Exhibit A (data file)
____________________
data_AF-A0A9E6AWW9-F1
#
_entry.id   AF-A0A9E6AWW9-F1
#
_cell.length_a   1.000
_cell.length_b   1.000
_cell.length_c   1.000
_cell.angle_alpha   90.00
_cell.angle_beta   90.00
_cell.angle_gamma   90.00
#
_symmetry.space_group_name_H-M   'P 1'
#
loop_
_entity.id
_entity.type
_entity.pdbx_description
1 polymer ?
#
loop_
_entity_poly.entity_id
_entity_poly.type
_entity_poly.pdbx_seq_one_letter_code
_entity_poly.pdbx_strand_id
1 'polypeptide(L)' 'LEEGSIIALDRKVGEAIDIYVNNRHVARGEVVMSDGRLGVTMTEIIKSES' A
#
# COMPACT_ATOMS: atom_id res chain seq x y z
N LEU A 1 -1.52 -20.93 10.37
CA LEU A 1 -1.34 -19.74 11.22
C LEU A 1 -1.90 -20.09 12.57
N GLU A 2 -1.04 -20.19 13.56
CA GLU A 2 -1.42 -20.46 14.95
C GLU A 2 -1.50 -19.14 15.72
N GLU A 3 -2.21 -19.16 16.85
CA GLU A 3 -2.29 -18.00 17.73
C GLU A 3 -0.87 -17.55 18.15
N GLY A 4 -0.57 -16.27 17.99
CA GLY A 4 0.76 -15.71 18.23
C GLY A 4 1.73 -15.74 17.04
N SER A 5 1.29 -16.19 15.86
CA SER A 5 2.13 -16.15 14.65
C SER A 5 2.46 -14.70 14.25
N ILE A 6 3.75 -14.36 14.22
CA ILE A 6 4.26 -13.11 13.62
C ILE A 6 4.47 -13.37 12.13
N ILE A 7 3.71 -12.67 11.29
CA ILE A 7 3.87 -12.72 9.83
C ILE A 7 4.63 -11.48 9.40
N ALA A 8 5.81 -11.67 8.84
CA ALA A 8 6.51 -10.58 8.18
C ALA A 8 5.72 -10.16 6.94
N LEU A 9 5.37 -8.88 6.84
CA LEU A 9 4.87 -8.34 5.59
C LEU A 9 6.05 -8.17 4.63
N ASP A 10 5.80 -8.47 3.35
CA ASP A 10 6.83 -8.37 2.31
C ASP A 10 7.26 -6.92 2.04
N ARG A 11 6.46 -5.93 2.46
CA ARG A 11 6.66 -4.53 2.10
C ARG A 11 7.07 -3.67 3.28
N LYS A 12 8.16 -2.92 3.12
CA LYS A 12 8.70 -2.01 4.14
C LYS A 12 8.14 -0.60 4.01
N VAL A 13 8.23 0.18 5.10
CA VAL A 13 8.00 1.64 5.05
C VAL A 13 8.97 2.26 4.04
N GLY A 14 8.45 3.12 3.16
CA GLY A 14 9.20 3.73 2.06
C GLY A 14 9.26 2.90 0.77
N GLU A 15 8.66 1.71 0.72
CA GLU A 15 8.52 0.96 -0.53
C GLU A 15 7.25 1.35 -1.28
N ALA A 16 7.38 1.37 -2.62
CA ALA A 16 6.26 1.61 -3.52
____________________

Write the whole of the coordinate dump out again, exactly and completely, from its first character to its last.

data_AF-A0A9E6AWW9-F1
#
_entry.id   AF-A0A9E6AWW9-F1
#
_cell.length_a   1.000
_cell.length_b   1.000
_cell.length_c   1.000
_cell.angle_alpha   90.00
_cell.angle_beta   90.00
_cell.angle_gamma   90.00
#
_symmetry.space_group_name_H-M   'P 1'
#
loop_
_entity.id
_entity.type
_entity.pdbx_description
1 polymer ?
#
loop_
_entity_poly.entity_id
_entity_poly.type
_entity_poly.pdbx_seq_one_letter_code
_entity_poly.pdbx_strand_id
1 'polypeptide(L)' 'LEEGSIIALDRKVGEAIDIYVNNRHVARGEVVMSDGRLGVTMTEIIKSES' A
#
# COMPACT_ATOMS: atom_id res chain seq x y z
N LEU A 1 -1.52 -20.93 10.37
CA LEU A 1 -1.34 -19.74 11.22
C LEU A 1 -1.90 -20.09 12.57
N GLU A 2 -1.04 -20.19 13.56
CA GLU A 2 -1.42 -20.46 14.95
C GLU A 2 -1.50 -19.14 15.72
N GLU A 3 -2.21 -19.16 16.85
CA GLU A 3 -2.29 -18.00 17.73
C GLU A 3 -0.87 -17.55 18.15
N GLY A 4 -0.57 -16.27 17.99
CA GLY A 4 0.76 -15.71 18.23
C GLY A 4 1.73 -15.74 17.04
N SER A 5 1.29 -16.19 15.86
CA SER A 5 2.13 -16.15 14.65
C SER A 5 2.46 -14.70 14.25
N ILE A 6 3.75 -14.36 14.22
CA ILE A 6 4.26 -13.11 13.62
C ILE A 6 4.47 -13.37 12.13
N ILE A 7 3.71 -12.67 11.29
CA ILE A 7 3.87 -12.72 9.83
C ILE A 7 4.63 -11.48 9.40
N ALA A 8 5.81 -11.67 8.84
CA ALA A 8 6.51 -10.58 8.18
C ALA A 8 5.72 -10.16 6.94
N LEU A 9 5.37 -8.88 6.84
CA LEU A 9 4.87 -8.34 5.59
C LEU A 9 6.05 -8.17 4.63
N ASP A 10 5.80 -8.47 3.35
CA ASP A 10 6.83 -8.37 2.31
C ASP A 10 7.26 -6.92 2.04
N ARG A 11 6.46 -5.93 2.46
CA ARG A 11 6.66 -4.53 2.10
C ARG A 11 7.07 -3.67 3.28
N LYS A 12 8.16 -2.92 3.12
CA LYS A 12 8.70 -2.01 4.14
C LYS A 12 8.14 -0.60 4.01
N VAL A 13 8.23 0.18 5.10
CA VAL A 13 8.00 1.64 5.05
C VAL A 13 8.97 2.26 4.04
N GLY A 14 8.45 3.12 3.16
CA GLY A 14 9.20 3.73 2.06
C GLY A 14 9.26 2.90 0.77
N GLU A 15 8.66 1.71 0.72
CA GLU A 15 8.52 0.96 -0.53
C GLU A 15 7.25 1.35 -1.28
N ALA A 16 7.38 1.37 -2.62
CA ALA A 16 6.26 1.61 -3.52